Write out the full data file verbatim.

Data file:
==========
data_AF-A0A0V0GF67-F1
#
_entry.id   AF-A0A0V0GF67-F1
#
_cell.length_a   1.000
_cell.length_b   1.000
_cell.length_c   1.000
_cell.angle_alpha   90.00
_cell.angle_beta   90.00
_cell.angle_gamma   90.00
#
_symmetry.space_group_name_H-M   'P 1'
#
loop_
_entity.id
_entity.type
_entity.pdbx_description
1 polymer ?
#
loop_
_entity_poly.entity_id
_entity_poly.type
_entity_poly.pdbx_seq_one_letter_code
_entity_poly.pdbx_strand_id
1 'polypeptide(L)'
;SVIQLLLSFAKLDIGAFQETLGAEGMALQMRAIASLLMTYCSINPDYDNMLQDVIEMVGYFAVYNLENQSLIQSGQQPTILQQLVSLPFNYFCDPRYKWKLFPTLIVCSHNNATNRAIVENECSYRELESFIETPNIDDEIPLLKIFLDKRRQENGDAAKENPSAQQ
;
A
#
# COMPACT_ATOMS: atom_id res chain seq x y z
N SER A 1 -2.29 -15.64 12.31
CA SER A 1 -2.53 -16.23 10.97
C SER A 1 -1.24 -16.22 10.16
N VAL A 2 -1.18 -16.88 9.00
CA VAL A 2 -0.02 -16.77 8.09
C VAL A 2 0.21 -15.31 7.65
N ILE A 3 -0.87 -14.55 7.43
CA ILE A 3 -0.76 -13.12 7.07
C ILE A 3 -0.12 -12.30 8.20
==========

data_AF-A0A0V0GF67-F1
#
_entry.id   AF-A0A0V0GF67-F1
#
_cell.length_a   1.000
_cell.length_b   1.000
_cell.length_c   1.000
_cell.angle_alpha   90.00
_cell.angle_beta   90.00
_cell.angle_gamma   90.00
#
_symmetry.space_group_name_H-M   'P 1'
#
loop_
_entity.id
_entity.type
_entity.pdbx_description
1 polymer ?
#
loop_
_entity_poly.entity_id
_entity_poly.type
_entity_poly.pdbx_seq_one_letter_code
_entity_poly.pdbx_strand_id
1 'polypeptide(L)'
;SVIQLLLSFAKLDIGAFQETLGAEGMALQMRAIASLLMTYCSINPDYDNMLQDVIEMVGYFAVYNLENQSLIQSGQQPTILQQLVSLPFNYFCDPRYKWKLFPTLIVCSHNNATNRAIVENECSYRELESFIETPNIDDEIPLLKIFLDKRRQENGDAAKENPSAQQ
;
A
#
# COMPACT_ATOMS: atom_id res chain seq x y z
N SER A 1 -2.29 -15.64 12.31
CA SER A 1 -2.53 -16.23 10.97
C SER A 1 -1.24 -16.22 10.16
N VAL A 2 -1.18 -16.88 9.00
CA VAL A 2 -0.02 -16.77 8.09
C VAL A 2 0.21 -15.31 7.65
N ILE A 3 -0.87 -14.55 7.43
CA ILE A 3 -0.76 -13.12 7.07
C ILE A 3 -0.12 -12.30 8.20